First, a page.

Democrats have settled on a grisly theme in their attacks on the Republicans’ new legislation to repeal and replace Obamacare: death.
Sen. Elizabeth Warren (D-MA) tweeted on Thursday: “I’ve read the Republican ‘health care’ bill. This is blood money. They’re paying for tax cuts with American lives.”
I’ve read the Republican “health care” bill. This is blood money. They’re paying for tax cuts with American lives. pic.twitter.com/298DLguNiM
— Elizabeth Warren (@SenWarren) June 22, 2017
And former presidential nominee Hillary Clinton tweeted Friday: “Forget death panels. If Republicans pass this bill, they’re the death party.”
Forget death panels. If Republicans pass this bill, they’re the death party. https://t.co/jCStfOaBjy
— Hillary Clinton (@HillaryClinton) June 23, 2017
Her 2016 rival, Sen. Bernie Sanders (I-VT), tweeted a similar message — then deleted it.
That alarmist rhetoric is spreading throughout the party, from the top down, as if last week’s shooting attack against Republicans, in which House Majority Whip Steve Scalise (R-LA) was critically injured, never happened.
Democrats seem not to care that telling Americans that Republicans are trying to kill them might prompt others to act violently in what they may perceive to be their own self-defense.
It is not the first time Democrats have accused Republicans of wanting to kill Americans. During the debate over Obamacare in 2009-10, Democrats told the public that if Republicans succeeded in blocking the bill, they would be responsible for mass death across the country.
Then-Rep. Alan Grayson stood on the floor of the House and said: “If you get sick America, the Republican health care plan is this: Die quickly.”
And left-wing pundit Ezra Klein attacked Sen. Joe Lieberman (I-VT) for opposing the “public option” — i.e. government-run health care for all — by accusing him of being “willing to cause the deaths of hundreds of thousands of people” (original link).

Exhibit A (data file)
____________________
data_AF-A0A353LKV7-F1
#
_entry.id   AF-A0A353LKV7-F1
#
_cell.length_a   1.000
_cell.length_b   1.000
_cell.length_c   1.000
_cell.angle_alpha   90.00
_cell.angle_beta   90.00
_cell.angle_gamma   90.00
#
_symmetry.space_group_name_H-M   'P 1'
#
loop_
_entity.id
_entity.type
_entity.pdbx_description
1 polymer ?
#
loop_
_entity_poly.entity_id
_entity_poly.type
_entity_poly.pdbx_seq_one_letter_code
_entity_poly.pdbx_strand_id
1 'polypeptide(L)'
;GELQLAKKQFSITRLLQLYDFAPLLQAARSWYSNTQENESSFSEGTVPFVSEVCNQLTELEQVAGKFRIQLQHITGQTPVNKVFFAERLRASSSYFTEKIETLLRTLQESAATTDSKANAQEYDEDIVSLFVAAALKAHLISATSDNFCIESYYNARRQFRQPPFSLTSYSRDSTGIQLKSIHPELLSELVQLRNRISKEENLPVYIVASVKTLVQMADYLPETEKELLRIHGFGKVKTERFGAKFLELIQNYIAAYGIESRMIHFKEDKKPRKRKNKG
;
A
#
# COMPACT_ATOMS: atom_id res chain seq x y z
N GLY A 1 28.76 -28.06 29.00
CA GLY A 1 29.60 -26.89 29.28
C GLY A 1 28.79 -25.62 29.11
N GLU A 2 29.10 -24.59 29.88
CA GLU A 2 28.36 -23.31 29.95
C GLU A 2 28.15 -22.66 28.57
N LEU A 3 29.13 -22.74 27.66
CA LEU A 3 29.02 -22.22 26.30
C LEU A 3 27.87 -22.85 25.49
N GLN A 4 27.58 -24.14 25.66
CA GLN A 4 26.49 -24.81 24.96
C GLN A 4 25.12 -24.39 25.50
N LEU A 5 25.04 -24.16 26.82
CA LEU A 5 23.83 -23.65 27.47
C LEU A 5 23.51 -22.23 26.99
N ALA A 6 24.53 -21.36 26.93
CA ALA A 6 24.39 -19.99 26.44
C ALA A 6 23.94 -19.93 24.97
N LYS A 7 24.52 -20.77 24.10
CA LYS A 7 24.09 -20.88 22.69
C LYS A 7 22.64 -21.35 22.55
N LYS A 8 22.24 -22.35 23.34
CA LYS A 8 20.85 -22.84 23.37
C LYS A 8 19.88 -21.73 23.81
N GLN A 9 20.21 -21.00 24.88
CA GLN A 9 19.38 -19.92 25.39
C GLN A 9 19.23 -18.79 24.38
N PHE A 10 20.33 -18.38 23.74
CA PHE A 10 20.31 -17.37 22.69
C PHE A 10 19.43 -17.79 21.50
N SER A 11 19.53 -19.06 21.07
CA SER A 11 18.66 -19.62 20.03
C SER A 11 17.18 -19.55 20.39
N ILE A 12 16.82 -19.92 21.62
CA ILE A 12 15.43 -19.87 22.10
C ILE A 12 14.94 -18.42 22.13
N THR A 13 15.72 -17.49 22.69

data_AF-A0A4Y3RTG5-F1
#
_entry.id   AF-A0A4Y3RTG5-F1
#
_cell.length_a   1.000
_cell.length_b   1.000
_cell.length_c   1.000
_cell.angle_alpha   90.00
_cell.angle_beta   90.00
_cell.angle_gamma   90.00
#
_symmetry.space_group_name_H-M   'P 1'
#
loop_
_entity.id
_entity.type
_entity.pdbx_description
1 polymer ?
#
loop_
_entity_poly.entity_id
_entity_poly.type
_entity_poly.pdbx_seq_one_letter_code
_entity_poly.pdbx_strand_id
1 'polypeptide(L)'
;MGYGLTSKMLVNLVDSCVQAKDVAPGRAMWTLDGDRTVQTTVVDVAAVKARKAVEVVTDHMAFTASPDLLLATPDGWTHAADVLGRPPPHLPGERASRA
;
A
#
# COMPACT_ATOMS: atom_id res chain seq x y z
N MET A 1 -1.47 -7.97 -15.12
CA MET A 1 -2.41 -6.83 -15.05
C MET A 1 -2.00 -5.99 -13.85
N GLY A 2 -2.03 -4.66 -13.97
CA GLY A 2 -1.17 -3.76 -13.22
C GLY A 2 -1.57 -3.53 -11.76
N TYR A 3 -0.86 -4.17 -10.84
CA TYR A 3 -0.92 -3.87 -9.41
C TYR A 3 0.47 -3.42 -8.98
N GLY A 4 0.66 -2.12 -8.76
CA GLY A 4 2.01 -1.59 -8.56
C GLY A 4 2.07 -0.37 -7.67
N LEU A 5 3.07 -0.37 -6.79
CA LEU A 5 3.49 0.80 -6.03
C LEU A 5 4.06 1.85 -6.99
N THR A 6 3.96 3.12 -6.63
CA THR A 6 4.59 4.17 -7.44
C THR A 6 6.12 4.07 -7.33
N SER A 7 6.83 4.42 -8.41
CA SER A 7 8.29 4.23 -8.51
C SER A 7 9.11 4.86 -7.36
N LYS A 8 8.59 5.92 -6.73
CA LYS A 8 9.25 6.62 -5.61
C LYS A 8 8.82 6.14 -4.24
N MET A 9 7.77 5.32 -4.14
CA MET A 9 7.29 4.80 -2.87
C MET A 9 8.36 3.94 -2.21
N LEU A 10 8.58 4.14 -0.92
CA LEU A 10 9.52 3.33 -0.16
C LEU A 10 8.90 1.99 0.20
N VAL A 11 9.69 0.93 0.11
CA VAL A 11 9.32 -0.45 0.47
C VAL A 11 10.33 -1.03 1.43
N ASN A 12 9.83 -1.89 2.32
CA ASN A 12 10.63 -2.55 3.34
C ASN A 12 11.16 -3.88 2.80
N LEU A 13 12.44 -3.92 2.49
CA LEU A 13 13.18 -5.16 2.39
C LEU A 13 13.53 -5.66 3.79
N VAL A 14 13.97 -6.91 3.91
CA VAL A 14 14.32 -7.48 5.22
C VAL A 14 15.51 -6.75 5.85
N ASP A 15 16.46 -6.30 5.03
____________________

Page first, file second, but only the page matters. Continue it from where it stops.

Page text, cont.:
But that rhetoric was largely confined to the political fringe. Today, the party’s leaders are accusing Republicans of wanting to kill Americans.
Perhaps Democrats believe that by referring to mass death, they are answering Republicans tit-for-tat, after former vice presidential candidate Sarah Palin attacked Obamacare’s “death panels” in 2009.
But as with the effort by the so-called “Resistance” to repeat what it thinks the Tea Party did to win in 2010, the Democrats have failed — perhaps deliberately — to understand what it is they are imitating.
“Death panels” referred to a real aspect of Obamacare: namely, the Independent Payment Advisory Board (IPAB), which has sweeping powers to determine reimbursements under Medicare, and whose rulings could only be overruled by a two-thirds majority of Congress. There was a justified fear that health care would be rationed — i.e. withheld — from the elderly by the IPAB as a way to cut costs. (Health care is rationed under any policy, but the free market ensures it is rationed by individuals themselves.)
In this case, there is no link whatsoever between the Republican bill and the potential death of patients. Democrats argue that death is relevant because the Congressional Budget Office and other analysts have estimated that more people will go without health insurance under the Republican plan.
But even uninsured people can obtain life-saving care in an emergency. If not having insurance is equivalent to death, then Obamacare “killed” the millions of American whose insurance policies it canceled.
It is entirely legitimate to criticize the Republican legislation for potentially increasing the number of uninsured people. But telling Americans that Republicans will allow them to die — or that they want them to die in order to give the rich more money — is a reckless and inflammatory exaggeration. The Sanders supporter who shot Scalise and four other people was enraged, among other things, by Republicans’ health care policies.
Many Americans will recognize Democrats’ alarmism for what it is — the same failed tactic that President Barack Obama used when he trotted out a “parade of horribles” to argue against the budget sequester (which he had proposed!) in 2013. Obama’s scaremongering backfired, and Democrats’ new accusations likely will as well.
But to tell Americans, just days after a politically-motivated mass shooting, that Republicans want them dead is worse than divisive. It is dangerous.